Global employment in the renewable energy sector reached 12.7 million jobs in 2021, an increase of 700,000 new jobs in one year, despite the lingering effects of covid-19, according to a report released by the ILO.
The director general of the ILO (International Labour Organization ), Guy Ryder, said that “beyond the figures, more and more attention is being paid to the quality of jobs and working conditions in renewable energies, to guarantee decent and productive employment.
In particular, “the growing share of female employment suggests that targeted policies and training can significantly improve women’s participation in renewable energy occupations, inclusion and ultimately achieve a just transition for all.”
The report “Renewable Energy and Jobs: Annual Review 2022 ( Renewable energies and jobs: annual review 2022 )” was prepared together with the International Renewable Energy Agency (Irena), the intergovernmental organization that supports countries in their transition to a future of sustainable energy.
The analysis identifies the size of the national market as an important factor influencing job creation in renewable energy, along with labour and other costs.
It records that solar energy is the fastest-growing sector, and in 2021 it provided 4.3 million jobs, more than a third of the current global workforce in renewable energy.
Wind power employs 1.3 million people, hydropower 2.4 million, and bioenergy 3.4 million. It is estimated that in 2030 the sector could employ 38 million of the 139 million people who would then be employed in energy.
With growing concern about climate change, the post-Covid recovery and supply chain disruption, there is growing national interest in locating those chains and creating jobs at home, according to the report.
Another prominent factor in the picture is the development of export capabilities for renewable technologies.
An increasing number of countries are creating jobs in the renewable energy sector, and nearly two-thirds of all those jobs are in Asia.
China alone represents 42% of the world total, followed by the European Union and Brazil, with 10% each, and the United States and India, each with seven per cent.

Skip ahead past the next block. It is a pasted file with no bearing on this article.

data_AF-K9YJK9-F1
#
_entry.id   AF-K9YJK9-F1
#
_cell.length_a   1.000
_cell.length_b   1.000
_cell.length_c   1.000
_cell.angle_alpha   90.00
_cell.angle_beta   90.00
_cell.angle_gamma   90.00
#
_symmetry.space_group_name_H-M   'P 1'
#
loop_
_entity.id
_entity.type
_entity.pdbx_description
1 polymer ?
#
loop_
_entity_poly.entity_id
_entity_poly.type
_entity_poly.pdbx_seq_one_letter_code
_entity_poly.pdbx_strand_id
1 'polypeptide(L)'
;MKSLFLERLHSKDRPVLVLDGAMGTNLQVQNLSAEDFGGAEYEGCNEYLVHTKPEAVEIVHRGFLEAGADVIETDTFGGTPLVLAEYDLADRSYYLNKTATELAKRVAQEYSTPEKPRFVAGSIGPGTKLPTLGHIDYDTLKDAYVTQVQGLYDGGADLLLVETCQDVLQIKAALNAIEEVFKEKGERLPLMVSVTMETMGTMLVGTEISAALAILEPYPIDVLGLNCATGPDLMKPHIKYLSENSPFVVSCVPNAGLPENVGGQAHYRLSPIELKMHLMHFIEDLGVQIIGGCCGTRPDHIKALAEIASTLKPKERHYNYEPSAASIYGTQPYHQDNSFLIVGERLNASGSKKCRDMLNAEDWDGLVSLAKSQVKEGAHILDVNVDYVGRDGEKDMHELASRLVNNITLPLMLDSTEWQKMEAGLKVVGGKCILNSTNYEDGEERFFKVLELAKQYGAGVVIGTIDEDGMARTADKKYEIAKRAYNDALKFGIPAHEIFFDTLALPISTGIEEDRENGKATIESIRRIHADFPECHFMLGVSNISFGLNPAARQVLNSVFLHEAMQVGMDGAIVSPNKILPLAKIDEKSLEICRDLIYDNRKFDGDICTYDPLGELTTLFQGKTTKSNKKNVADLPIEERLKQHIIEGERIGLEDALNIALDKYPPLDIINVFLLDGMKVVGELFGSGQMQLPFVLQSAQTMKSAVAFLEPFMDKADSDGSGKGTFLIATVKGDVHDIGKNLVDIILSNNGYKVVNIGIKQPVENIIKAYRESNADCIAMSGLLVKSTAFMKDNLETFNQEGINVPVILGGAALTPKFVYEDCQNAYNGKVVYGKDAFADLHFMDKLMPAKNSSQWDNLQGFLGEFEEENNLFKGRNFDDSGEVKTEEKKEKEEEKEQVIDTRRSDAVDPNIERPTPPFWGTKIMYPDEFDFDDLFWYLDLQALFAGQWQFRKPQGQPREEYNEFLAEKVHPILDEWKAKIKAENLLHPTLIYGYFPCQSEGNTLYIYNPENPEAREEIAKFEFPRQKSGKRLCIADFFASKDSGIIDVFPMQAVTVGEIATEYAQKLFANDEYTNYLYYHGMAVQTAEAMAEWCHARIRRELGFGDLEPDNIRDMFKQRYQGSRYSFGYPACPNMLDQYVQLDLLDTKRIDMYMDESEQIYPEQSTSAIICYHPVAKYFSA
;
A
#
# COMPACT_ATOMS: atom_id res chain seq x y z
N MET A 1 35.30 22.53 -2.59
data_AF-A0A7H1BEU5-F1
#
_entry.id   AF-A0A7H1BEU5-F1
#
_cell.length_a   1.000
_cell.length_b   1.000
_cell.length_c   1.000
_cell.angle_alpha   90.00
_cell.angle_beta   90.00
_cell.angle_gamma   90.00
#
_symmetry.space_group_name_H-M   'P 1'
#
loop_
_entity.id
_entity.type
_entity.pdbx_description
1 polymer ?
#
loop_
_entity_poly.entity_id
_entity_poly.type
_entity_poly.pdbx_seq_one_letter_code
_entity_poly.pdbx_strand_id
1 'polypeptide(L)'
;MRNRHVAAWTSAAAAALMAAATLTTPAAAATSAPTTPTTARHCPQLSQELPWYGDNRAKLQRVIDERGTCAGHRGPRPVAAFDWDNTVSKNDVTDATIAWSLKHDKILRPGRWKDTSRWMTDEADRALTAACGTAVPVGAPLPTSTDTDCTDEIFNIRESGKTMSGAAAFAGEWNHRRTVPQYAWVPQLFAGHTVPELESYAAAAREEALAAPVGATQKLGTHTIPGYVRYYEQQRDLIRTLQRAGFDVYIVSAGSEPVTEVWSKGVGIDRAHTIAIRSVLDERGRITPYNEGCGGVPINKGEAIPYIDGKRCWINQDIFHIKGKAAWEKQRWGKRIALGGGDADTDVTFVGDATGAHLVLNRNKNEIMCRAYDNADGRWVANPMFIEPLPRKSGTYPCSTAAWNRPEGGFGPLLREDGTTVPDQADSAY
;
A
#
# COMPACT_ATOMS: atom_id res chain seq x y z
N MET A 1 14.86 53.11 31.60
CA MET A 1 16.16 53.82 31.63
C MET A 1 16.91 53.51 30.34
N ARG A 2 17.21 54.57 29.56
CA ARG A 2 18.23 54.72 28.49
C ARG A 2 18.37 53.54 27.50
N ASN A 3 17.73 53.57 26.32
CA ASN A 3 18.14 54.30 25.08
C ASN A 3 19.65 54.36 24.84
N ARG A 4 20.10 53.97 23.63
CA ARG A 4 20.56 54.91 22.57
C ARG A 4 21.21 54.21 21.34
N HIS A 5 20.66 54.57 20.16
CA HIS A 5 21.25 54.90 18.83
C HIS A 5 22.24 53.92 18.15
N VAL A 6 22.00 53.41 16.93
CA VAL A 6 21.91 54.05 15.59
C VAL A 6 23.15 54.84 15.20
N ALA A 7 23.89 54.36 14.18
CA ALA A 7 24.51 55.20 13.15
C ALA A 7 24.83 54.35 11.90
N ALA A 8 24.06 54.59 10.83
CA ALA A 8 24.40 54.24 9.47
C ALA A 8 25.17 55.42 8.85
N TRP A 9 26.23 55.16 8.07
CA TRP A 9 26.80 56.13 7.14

Examining notable regional and national developments, the report finds that Southeast Asian countries are becoming major solar photovoltaic manufacturing centres and biofuel producers.
China is the leading manufacturer and installer of photovoltaic solar panels and is creating a growing number of jobs in the offshore wind sector.
India added more than 10 gigawatts of solar PV, generating many installation jobs, but remains heavily reliant on imported panels.
Europe now accounts for about 40% of global wind power production, is the largest exporter of wind power equipment, and is trying to reconstitute its solar photovoltaic manufacturing industry.
Africa’s role is still limited, but the report notes that there are growing job opportunities in decentralized renewable energy, especially in support of local trade, agriculture and other economic activities.
In the Americas, Mexico is the main supplier of wind turbine blades, and Brazil remains the main employer of biofuels, although it is also adding many jobs in wind and solar photovoltaic installations.
The United States is beginning to create a national industrial base for the nascent offshore wind sector.
The report stresses that the expansion of renewable energy must be supported by comprehensive policy packages, including worker training to ensure that jobs are decent, high-quality, well-paid and diverse in pursuit of a just transition.
Francesco La Camera, CEO of Irena, said that “in the face of numerous challenges, renewable energy jobs remain resilient and have proven to be a reliable engine of job creation.”
“My advice to governments around the world is to implement industrial policies that encourage the expansion of decent jobs in the field of renewable energy in the country,” said La Camera.
Ryder, for his part, said that “I encourage governments and workers’ and employers’ organizations to remain firmly committed to a sustainable energy transition, essential for the future of work.”
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